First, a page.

Of course, I don’t need to be a writer to support my writing friends and acquaintances, nor to promote exceptional writing whenever I find it. Just know that I favor the independent authors almost to exclusion. They’re the ones who are out past the edge of the map, breaking new ground and establishing the paradigms that the Big Five will be claiming they invented ten years down the road. Don’t give up on indies because you got one bad book; someday when a major house is crowing about their latest discovery, you’ll have the pleasure (and the outrage!) of being able to say, “I read a guy who was doing that over a decade ago!”
Interesting Books . . .
I should clarify what I mean by “interesting.” Most books featured here I have not read. I either know the author and his or her work, I have read something else by the author and appreciate their quality, or something about the cover, blurb, or both has caught my eye, and I very possibly will read them in the future. Got it? Okay, let’s take a look.
The Fallen by Ravek Hunter. Drystan, Temple Knight of Lyonesse, is sent to retrieve the betrothed of his uncle, the Duke of Tintagel. This simple journey sets into motion a chain of events that upends the lives of three unsuspecting innocents and everyone they care about. Betrayal, intrigue, jealousy, murder . . . And love will drive the human condition to its most extreme. Who will survive the emotional struggle and find true love in the end? Or will love be lost forever? There are strange and dark forces working against the struggle in a very unsuspected way. A healer with a remote background and a dark secret, a soldier with a penchant for debauchery and the moral high ground, and two mysterious brothers from the mystical island of Hy Brasil all have a stake in the outcome. And the stakes are higher than any of them could imagine. Free on Kindle (reg. $4.99).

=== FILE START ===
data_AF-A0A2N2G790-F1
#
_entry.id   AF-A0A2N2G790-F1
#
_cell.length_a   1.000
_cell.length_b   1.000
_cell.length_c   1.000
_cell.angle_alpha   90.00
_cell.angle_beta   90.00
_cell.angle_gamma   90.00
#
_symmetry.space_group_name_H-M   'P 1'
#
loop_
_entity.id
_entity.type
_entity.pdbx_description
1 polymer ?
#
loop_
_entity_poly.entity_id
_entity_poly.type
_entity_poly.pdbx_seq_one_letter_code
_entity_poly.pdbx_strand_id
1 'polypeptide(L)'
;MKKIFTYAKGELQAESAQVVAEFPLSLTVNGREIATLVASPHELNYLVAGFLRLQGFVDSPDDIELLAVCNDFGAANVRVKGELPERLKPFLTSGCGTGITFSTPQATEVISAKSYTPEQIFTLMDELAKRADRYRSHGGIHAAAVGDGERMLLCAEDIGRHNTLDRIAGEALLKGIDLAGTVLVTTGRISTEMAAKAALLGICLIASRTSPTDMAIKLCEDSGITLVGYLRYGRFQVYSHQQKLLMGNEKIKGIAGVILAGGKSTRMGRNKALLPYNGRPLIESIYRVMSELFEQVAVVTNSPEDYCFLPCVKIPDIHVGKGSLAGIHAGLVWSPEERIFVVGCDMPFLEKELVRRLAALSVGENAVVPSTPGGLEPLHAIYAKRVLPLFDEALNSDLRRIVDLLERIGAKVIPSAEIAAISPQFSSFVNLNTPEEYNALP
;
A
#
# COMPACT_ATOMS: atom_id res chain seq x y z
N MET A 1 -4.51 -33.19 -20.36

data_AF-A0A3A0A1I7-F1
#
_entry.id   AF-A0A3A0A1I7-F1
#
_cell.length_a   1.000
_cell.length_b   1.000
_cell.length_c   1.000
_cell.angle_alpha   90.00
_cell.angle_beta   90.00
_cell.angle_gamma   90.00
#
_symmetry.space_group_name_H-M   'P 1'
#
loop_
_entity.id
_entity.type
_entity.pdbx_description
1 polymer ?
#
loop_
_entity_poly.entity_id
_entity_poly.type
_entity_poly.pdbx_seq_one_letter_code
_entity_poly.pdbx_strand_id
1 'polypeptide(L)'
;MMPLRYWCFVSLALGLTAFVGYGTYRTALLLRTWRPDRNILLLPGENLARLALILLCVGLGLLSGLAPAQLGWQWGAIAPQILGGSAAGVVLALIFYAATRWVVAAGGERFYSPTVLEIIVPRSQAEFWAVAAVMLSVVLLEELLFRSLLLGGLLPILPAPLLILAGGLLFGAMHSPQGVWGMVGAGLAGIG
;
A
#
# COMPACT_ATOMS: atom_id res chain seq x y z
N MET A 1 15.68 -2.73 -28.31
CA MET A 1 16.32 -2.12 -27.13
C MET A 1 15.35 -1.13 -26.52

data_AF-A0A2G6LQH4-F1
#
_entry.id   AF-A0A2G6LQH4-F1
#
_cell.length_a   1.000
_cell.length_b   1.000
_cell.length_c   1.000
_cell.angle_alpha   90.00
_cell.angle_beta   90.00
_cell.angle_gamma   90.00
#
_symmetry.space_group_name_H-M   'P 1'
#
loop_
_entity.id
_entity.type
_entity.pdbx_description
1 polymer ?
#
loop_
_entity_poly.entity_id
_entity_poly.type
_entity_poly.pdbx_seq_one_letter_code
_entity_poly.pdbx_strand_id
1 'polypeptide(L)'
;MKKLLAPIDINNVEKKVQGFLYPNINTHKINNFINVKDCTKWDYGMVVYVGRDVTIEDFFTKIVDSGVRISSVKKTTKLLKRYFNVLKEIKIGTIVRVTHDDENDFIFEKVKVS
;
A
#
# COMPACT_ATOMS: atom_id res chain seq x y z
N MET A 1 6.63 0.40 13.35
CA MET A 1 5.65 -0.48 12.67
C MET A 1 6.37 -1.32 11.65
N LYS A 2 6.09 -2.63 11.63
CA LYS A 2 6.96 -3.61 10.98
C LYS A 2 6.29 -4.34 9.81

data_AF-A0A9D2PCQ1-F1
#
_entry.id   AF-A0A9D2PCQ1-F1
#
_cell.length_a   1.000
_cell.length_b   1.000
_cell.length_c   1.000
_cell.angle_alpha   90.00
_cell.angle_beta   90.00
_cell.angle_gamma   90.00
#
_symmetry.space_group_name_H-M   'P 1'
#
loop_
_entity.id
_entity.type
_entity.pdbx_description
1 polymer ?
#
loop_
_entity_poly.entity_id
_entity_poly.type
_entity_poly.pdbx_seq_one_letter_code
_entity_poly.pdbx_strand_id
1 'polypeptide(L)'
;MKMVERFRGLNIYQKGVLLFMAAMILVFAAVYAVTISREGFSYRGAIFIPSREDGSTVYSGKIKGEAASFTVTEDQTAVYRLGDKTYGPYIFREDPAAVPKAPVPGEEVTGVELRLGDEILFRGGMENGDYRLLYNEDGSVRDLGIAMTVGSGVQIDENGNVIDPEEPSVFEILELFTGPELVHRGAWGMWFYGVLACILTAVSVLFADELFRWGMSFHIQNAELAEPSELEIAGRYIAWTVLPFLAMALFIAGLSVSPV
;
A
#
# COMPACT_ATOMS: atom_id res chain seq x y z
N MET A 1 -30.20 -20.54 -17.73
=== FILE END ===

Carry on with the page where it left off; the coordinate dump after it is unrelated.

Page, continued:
Murder at Kangeroo Downs by June Whyte. Book 1 in the Vets2U cozy mysteries. If you enjoyed watching Rosemary and Thyme – the TV show where two gardeners dig up a dead body in every episode – you’ll love reading about Emily and Maggie, two quirky veterinarians, who travel around Australia treating animals and stumbling over unwelcome corpses. When Emily and Maggie arrive at Kangaroo Downs to officiate at the opening of its new race-track, they expect to find the usual friendly ambiance characteristic of all small country towns – not the Chief Steward, their very first client, seated behind an ‘engaged’ sign in the local Diner’s restroom – deader than last week’s news. Not everyone is happy about the new race-track in Kangaroo Downs. Unexplained accidents have been happening at the track. Like workmen falling off sabotaged ladders, the starting gates malfunctioning, an administrator getting electrocuted as he tested the two-way radio in the stewards’ room, broken glass found scattered on the track and the caretaker’s tractor up and disappearing overnight. With a deranged murderer on the loose, all Emily and Maggie want to do is complete their assignment and hit the road again. That is, until Emily discovers her car stripped of its wheels and CANCELLED written in red paint on the windshield. Angrier than a couple of bees stuck in a vegemite jar, both Emily and Maggie are determined to unearth the identity of the saboteur. But are the saboteur and the killer the same person? What happens when they find another dead body inside the starting-gates at the track? Will Emily and Maggie find answers to these questions before the first race on Opening Day? Or will the two reluctant sleuths be the next casualties on the killer’s Cancelled list? 99¢ on Kindle.